Heritage’s mother-son financial planning team Regina Beatty and Julian Grubbs were interviewed by Authority Magazine’s Jason Hartman for the five essentials for smart investing. The interview gives detail on a variety of topics that cover a large majority of the personal experience during their time in the profession. It provide a unique insight on a multi generational team.
Read below for snippets of Regina and Julian’s answers from their appearance:
Let’s now jump to the main core of our interview. According to a report in Fortune, nearly two-thirds of Americans can’t pass a basic test of financial literacy. In your opinion or experience what is the cause of these unfortunate numbers?
Julian: Modern education and corporate structuring. Modern education pushes kids to go to college to obtain a degree in hopes that they get a “good job”. I believe that message is systemically suppressing the younger generation’s expansion of innovation, curiosity and talents in exchange for the mediocre “status quo”. I initially followed that progression and didn’t have a clue of how my financial decisions 10 years ago had impacts on my life today and the future.
Regina: I agree with Julian — and would add that — most people can, but don’t learn much about finances. It’s easy to read a quick snippet online, sometimes objective, but sometimes with bias, skewing a basic understanding of how the financial world works and giving short definitive advice, but that doesn’t apply to everyone. In addition, there isn’t much training on the fundamentals that provide practical application to enhance learning about finances. Unfortunately, in our fast-moving world, many are not prepared to balance a bank account, plan for the future or understand the relationship.
If you had the power to make a change, what 3 things would you recommend improving these numbers?
- Foster and encourage creative/individualized learning approaches to encourage intuitive critical thinking.
- Implement basic financial acumen classes into all school systems starting at the standard working age. These classes would teach basics of balancing a checkbook and how credit scores and debt work.
- I do recommend most of my clients to invest for their kids. From estate transfer strategies or tax deductions to the basics of cashflow and investment growth, it provides benefits to the client and helps the next generation to become stewards of their wealth.
- Give children basic education and responsibility with small amounts of money — help them plan what they will do with it and in what time frames, fostering hands-on learning. A save half/spend half approach to things like monetary birthday and holiday gifts helps start the basic learning at a young age.
- Conduct financial literacy classes at community centers. I have done some of this for young women and their questions were meaningful, and they were appreciative of the information. Take those small opportunities to give good takeaways that can be used.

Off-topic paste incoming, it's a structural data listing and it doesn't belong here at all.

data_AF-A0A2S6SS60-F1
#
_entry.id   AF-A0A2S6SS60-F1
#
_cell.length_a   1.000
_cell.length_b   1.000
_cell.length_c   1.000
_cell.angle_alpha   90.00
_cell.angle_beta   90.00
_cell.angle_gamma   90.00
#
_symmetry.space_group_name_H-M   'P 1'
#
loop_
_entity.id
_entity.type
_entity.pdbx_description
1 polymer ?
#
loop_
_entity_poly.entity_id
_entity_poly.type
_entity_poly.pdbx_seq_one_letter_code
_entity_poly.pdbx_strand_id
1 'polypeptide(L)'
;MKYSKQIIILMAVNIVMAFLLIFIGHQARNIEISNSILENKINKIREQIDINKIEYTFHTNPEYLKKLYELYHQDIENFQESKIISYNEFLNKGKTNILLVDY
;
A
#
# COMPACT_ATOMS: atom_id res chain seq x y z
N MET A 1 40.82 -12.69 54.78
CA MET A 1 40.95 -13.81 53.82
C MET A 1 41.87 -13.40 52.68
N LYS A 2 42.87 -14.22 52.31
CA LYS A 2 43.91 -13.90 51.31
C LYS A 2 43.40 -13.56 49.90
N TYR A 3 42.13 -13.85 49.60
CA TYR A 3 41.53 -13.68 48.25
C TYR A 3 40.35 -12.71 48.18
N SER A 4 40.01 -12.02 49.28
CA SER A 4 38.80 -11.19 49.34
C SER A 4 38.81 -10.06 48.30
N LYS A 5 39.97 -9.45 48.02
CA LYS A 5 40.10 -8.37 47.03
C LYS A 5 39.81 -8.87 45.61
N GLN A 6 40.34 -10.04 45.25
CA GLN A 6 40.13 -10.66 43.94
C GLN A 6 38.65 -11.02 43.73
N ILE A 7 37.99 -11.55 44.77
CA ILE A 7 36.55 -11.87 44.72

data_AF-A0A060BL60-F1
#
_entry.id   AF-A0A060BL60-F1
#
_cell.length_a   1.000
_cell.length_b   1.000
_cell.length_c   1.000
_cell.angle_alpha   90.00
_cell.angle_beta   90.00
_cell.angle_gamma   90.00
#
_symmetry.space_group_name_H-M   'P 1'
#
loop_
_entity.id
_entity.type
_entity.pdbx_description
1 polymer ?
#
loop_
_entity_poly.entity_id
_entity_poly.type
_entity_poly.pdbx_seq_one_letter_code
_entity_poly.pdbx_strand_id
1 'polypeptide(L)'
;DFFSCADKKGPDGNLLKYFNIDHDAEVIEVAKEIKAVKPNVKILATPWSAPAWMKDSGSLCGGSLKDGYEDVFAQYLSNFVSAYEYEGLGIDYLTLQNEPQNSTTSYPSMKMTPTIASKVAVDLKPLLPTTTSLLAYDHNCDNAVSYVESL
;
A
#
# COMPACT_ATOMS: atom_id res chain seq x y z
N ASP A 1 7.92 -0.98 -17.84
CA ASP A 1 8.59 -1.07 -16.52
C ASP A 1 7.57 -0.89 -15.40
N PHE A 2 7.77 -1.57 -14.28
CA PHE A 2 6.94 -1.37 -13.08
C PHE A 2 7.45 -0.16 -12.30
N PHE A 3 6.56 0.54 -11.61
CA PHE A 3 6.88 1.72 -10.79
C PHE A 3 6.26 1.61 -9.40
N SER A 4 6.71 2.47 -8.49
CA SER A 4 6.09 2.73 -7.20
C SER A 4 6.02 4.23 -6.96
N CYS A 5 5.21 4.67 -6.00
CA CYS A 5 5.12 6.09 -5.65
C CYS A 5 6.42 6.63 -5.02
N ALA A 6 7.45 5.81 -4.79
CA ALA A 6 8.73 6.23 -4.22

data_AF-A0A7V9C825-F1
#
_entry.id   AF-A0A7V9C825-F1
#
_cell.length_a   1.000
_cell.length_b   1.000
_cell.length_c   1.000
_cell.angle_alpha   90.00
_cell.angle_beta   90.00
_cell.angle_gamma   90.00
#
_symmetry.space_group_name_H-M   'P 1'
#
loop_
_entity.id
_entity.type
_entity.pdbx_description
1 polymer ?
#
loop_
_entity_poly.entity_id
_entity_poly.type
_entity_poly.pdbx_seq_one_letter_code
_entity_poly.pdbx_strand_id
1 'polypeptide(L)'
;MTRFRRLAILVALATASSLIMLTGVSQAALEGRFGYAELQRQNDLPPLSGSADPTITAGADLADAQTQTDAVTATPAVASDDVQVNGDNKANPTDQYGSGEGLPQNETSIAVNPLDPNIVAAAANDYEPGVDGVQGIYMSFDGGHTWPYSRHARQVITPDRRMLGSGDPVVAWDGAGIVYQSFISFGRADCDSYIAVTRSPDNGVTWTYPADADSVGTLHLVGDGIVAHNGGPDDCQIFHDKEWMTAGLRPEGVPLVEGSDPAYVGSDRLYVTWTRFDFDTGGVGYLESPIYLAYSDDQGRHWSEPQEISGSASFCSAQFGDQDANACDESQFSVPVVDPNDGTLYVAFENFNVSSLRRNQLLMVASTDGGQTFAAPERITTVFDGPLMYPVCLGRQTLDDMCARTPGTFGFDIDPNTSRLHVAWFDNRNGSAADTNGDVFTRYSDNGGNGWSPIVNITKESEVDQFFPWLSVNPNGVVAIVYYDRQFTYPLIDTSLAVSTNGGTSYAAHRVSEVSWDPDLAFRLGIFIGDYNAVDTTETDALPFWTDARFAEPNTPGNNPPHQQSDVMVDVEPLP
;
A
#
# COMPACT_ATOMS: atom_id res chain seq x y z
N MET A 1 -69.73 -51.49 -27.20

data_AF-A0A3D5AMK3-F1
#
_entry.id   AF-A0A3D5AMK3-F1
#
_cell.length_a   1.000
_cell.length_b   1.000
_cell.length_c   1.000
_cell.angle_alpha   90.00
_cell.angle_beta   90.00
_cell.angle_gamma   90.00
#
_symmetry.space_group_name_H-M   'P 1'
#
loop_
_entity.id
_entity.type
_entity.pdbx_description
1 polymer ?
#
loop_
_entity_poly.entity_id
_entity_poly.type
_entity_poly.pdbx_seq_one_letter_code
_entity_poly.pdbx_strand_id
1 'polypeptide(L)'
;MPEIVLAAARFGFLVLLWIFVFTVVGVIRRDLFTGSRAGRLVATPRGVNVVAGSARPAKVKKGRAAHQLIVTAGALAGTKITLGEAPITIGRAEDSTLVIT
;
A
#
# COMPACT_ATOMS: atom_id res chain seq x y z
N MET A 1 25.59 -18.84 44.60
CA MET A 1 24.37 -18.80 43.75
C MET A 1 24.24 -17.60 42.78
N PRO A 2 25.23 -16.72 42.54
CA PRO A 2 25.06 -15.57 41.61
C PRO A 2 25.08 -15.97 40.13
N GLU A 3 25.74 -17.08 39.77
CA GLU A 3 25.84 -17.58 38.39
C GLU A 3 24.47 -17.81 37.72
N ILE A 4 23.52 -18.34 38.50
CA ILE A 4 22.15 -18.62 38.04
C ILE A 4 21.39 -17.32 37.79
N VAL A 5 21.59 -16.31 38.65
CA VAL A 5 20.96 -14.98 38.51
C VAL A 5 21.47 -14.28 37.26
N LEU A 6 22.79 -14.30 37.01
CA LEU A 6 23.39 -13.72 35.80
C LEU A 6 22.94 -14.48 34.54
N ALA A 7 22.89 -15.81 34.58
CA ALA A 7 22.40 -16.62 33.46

- Generational wealth planning. For our clients, we work diligently to find the right time and way to incorporate their children into the family wealth conversations, as well as help bridge their transition from parental dependence to adult responsibility. Things like student loan payment analysis, mortgage advice, college planning and determining the appropriate amounts to contribute to their retirement plans are just a part of how we help the children of our clients’ have meaningful financial conversations.
What are your thoughts about day trading, using apps like Robinhood? Can you explain what you mean?
Julian: Like the cryptocurrency points above, day trading also would have successful and unsuccessful stories to refer to the pros and cons of it. As comprehensive financial planners, we aim to develop a strategic approach to improve financial situations tailored to that client’s needs. Investments are one component of that journey. Statistically, creating and coordinating an investment planning process will provide more sustainable and measurable results.
Regina: Day trading is similar to the mindset of crypto. One of the biggest “mistakes” that inexperienced day-traders make, is not considering the impact of taxes on short- and long-term gains. We believe it’s not what you make, its what you get to keep of what you make that really matters. If a planning client wants a “little” day trading for fun, great, but more than that, would need a tax strategy to compliment it.
Can you please give us your favorite “Life Lesson Quote”? Can you share how that was relevant to you in your life?
Julian: “Evolve so hard that they have to get to know you again” — I believe life is a continual journey full of choices, changes, lessons, mistakes and growth all combining through the content of circumstances. These circumstances then become a reflection of how we perceive ourselves in relation to the world we encounter. Everyone has their own past of good and bad decisions with different circumstantial results. Through some of my past mistakes are where this quote became a pivotal mindset of always stiving to be better for myself and those in my life. At the end of the day no matter how good I think I am today; I should try my best to be better tomorrow. Learning from all life has to offer and holding myself accountable to always be the best version of myself. If growth continues, how would anyone know who you are after years apart?
Regina: “Be Grateful” –Being widowed with children at a young age taught me to be more grateful. Grateful that I was able to work. Grateful that my children were healthy. Grateful that we had enough life insurance to help educate the children and pay off the house. Grateful that I am surrounded by family with an abundance of love. Grateful for the wonderful relationships I enjoy with my clients. Grateful that I found a career that I love, that helps others.
To read the full interview with Regina and Julian, click Here